Police budgets nationwide are “likely to get a bit of a battering” when the next round of public spending cuts are announced in November, according to a senior official at a Yorkshire force.
Nigel Brook, assistant chief officer at West Yorkshire Police, has admitted he is “not too hopeful” about the outcome of the public spending review, which is expected to see cuts of between 25 and 40 per cent to police budgets.
Speaking at the Excellence in Policing annual conference this week, he said the Home Office had insufficient information to determine how much further it could reduce funding without degrading services “before reaching a tipping point and keeling over”.
Mr Brook, who is also Acting Lead for Finance and Resources for the National Police Chiefs Council, which represents senior officers, added: “They are accusing us of crying wolf, without knowing when the point will be reached themselves. I call that a little bit dangerous.
“The Home Office doesn’t tailor cuts to individual forces. That means some are more likely to go to the wall faster than others and it’s not as if there was a level playing field to start with.”
Police forces have been told by the Treasury to expect cuts of between 25 and 40 per cent when Chancellor George Osborne announces his spending plans on November 25.
It is feared that cuts of 40 per cent to forces which have already lost large proportions of their workforces will prove to be ‘catastrophic’.
Senior officers are reluctant to go into too much detail about what the results of local cuts might be for fear of alarming the public.
But with many police services already stretched and facing regular backlogs of demand, there are question marks over how ‘normal service’ will be maintained and the public’s safety assured in the face of further cuts.
Since 2010 West Yorkshire Police has had to make £140 million in savings and has seen the number of police officers it employs drop by more than 1,000, from 5,800 to fewer than 4,800 as of June this year.
Bosses expect to lose a further 350 officers by April 2017, and by 2019/20 will have had to make cuts of between 25 and 40 per cent from its budget.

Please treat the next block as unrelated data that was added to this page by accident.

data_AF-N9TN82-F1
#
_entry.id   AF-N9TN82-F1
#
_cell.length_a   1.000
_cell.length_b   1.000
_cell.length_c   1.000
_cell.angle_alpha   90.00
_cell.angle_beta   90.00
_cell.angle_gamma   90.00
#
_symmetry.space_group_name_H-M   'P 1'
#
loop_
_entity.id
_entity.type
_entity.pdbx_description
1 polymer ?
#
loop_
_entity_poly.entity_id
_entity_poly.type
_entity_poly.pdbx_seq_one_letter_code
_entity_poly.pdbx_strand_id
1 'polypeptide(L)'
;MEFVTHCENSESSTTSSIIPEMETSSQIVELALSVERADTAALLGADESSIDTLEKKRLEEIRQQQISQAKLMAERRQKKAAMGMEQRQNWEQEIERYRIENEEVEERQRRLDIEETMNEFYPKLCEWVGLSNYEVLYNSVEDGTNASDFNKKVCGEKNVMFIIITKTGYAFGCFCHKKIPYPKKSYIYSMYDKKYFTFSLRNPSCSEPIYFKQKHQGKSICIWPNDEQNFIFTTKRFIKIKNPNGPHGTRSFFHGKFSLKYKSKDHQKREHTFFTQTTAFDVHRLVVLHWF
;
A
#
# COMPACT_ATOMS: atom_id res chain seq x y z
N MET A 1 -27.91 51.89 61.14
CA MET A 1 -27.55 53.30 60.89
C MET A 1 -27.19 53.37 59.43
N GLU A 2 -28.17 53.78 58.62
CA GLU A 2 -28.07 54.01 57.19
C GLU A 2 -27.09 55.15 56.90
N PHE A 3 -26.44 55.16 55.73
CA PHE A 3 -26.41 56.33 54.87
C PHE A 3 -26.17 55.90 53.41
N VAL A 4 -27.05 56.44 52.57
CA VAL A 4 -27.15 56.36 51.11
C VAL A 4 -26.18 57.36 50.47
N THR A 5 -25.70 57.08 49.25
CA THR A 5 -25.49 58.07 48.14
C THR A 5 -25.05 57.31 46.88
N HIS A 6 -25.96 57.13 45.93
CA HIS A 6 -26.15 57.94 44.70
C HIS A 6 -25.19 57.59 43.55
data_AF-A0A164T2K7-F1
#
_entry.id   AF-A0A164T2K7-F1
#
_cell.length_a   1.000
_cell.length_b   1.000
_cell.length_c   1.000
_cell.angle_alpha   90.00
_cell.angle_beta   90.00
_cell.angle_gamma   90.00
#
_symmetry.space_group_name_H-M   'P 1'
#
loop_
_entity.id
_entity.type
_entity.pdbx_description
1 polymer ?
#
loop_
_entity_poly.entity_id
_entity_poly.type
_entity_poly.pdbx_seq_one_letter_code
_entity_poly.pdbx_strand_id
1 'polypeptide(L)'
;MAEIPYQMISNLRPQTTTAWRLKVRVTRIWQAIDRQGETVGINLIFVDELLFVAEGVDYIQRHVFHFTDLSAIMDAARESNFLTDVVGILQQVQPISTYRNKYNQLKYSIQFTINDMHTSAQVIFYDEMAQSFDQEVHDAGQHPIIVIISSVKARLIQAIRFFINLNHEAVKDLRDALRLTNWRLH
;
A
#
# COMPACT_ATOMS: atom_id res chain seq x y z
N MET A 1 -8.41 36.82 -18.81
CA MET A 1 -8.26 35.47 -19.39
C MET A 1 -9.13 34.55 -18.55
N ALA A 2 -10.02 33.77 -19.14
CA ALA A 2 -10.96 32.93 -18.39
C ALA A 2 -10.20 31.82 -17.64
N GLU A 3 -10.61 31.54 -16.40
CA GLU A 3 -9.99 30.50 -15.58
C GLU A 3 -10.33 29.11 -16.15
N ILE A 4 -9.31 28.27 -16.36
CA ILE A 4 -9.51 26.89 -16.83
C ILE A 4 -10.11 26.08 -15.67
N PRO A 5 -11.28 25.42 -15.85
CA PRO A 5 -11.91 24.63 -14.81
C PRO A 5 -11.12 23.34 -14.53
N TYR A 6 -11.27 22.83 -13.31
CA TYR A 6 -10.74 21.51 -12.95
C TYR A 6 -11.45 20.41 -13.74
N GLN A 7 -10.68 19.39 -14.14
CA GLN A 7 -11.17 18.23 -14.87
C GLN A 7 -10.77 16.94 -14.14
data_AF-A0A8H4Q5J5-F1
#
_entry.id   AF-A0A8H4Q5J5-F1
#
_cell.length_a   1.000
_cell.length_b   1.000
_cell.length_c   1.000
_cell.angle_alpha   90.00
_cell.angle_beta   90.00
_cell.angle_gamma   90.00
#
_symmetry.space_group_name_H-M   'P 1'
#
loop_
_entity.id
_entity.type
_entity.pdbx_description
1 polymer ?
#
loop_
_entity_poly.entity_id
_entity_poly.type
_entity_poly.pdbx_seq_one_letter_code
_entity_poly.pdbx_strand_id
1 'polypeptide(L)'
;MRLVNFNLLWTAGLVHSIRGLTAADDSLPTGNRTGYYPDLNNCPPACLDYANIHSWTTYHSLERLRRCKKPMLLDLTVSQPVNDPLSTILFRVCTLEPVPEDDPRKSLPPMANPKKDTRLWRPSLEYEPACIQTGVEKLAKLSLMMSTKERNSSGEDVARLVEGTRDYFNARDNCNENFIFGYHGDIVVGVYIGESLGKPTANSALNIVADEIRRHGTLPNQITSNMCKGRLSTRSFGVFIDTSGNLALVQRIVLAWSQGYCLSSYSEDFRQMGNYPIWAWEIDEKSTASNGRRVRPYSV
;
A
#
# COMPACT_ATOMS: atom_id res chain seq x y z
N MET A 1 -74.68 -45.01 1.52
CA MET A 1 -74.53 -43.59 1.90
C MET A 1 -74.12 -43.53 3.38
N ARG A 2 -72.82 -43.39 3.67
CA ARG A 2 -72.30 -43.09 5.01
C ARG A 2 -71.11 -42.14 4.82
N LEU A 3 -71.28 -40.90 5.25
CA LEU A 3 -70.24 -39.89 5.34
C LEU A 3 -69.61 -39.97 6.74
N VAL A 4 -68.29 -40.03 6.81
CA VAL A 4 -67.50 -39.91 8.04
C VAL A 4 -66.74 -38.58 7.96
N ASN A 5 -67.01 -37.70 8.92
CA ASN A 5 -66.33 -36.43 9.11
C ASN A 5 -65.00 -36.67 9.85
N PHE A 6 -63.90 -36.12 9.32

A leaked South Yorkshire Police report last month revealed 500 officers, 1,000 support staff and 150 Police Community Support Officer positions could go at the force by 2020 as a further £59m of cuts are demanded.
The new savings come on top of £53m cuts since 2010 which have already seen 1,000 jobs lost.
Mr Brook told this week’s conference that if the Home Office announced “real term” cuts of 40 per cent on November 25 it would mean 68,000 police posts going.
Even cuts of 25 per cent will take officer numbers “awfully close” to the psychological 100,000 total, he said, adding: “If cuts are 40 per cent, it will make it go well below that.”
Based on similar cuts for police community support officers, the number remaining will be between 4,000 and 7,000. And it is possible the figures could go lower due to the “change in the mix” of staffing being considered across the service, he said.
He added: “I think it makes for a worrying scenario and we are not crying wolf.”
“The Treasury is a cold-hearted breed and the evidence for them has to be absolutely compelling,” he said. “I’m not convinced our evidence is that compelling.
“We have done all we can with the calculation, science and evidence. It’s now a political debate. We are likely to get a bit of a battering from the next spending review. I’m not too hopeful for the outcome.”
Mike Penning, Minister for Policing, Crime, Criminal Justice and Victims said: “Police reform is working. Over the last five years, frontline services have been protected, public confidence in the police has gone up and crime has fallen by more than a quarter, according to the independent Crime Survey for England and Wales.
“In Yorkshire and the Humber region, police-recorded crime has fallen by 16 per cent in the same period.
“However, if we want policing in this country to be the best it can be, then we must reform further, and that includes putting police funding on a long-term, sustainable footing. That’s why we are currently developing a new fair and transparent model for allocating funding to forces in England and Wales.
“There is no question that the police still have the resources to do their important work, and we are committed to ensuring that policing has the appropriate capacity and capability to deal with growing pressures from cyber-enabled crime and historical cases of child sexual abuse.
“No decisions have been taken on police funding beyond 2015/16.”